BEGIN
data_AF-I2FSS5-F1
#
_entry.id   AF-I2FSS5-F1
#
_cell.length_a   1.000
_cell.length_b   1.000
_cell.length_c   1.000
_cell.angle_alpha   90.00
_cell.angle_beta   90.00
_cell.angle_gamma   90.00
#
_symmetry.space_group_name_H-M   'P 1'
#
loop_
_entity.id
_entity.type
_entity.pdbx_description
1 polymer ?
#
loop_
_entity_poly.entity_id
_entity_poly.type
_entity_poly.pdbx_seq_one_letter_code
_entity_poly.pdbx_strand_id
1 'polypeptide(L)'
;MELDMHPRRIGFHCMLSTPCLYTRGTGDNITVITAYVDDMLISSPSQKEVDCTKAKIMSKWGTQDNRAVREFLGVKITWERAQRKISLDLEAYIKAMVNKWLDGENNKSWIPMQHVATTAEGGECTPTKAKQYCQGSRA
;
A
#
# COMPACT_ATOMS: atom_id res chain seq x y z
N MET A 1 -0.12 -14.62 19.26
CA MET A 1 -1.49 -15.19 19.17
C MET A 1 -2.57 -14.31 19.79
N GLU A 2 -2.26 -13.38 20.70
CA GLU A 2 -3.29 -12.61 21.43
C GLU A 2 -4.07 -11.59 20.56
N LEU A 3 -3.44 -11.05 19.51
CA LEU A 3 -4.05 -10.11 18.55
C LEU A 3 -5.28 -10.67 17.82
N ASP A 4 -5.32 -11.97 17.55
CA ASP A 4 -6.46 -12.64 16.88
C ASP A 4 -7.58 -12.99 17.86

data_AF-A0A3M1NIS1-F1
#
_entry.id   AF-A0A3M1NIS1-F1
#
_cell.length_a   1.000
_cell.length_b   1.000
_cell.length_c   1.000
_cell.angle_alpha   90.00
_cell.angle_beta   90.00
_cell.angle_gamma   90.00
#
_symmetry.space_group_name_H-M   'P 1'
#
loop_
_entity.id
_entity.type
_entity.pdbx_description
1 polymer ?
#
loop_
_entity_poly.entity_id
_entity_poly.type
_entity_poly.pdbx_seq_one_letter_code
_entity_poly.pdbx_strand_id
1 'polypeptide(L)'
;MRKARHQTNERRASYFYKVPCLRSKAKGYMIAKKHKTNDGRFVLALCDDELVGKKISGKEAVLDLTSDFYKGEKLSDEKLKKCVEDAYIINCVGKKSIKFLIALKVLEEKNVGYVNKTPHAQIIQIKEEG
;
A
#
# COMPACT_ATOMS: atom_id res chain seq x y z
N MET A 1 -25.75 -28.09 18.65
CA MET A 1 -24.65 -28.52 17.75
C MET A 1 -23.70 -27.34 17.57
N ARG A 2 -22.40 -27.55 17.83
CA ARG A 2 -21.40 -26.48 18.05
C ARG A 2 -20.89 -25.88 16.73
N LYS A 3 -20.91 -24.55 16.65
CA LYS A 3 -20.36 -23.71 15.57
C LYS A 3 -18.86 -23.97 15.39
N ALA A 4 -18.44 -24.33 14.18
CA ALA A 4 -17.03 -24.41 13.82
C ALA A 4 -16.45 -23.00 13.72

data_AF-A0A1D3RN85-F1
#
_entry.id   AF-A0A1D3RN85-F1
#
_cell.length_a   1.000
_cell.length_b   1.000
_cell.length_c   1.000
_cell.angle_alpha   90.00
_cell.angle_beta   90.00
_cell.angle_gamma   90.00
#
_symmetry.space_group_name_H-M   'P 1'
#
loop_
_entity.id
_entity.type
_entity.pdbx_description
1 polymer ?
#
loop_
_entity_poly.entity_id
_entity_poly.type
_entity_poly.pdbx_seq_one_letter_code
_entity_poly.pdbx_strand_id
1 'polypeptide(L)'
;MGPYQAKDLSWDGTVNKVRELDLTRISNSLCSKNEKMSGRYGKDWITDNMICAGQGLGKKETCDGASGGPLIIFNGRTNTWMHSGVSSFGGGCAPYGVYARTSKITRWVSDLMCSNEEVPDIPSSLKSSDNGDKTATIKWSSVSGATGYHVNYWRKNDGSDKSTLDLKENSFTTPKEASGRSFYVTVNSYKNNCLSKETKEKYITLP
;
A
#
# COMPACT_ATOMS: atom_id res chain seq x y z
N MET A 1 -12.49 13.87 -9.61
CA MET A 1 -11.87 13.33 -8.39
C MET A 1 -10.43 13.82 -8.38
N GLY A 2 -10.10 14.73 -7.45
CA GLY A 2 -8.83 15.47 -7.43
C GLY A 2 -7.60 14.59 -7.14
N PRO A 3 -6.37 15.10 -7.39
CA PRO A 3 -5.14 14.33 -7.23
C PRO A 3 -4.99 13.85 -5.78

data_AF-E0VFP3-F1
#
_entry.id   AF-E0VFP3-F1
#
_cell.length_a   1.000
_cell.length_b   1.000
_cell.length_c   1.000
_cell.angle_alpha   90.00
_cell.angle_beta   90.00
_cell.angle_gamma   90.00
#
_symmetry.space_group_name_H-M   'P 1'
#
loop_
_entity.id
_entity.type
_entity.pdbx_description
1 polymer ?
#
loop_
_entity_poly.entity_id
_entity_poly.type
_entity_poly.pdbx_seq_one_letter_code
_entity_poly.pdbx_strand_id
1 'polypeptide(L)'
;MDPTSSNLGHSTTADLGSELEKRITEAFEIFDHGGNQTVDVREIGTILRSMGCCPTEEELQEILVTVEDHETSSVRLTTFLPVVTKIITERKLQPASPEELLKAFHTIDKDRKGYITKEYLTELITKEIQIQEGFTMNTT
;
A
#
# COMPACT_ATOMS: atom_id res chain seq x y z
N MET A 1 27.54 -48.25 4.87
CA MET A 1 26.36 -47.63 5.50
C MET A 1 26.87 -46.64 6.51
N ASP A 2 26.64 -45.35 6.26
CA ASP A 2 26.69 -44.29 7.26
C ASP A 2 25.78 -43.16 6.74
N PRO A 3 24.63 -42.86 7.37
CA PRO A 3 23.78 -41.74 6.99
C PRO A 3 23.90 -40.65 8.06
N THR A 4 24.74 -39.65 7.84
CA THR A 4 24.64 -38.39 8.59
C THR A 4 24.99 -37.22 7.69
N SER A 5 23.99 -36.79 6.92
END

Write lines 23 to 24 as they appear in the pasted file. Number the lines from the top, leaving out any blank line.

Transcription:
_entity_poly.pdbx_seq_one_letter_code
_entity_poly.pdbx_strand_id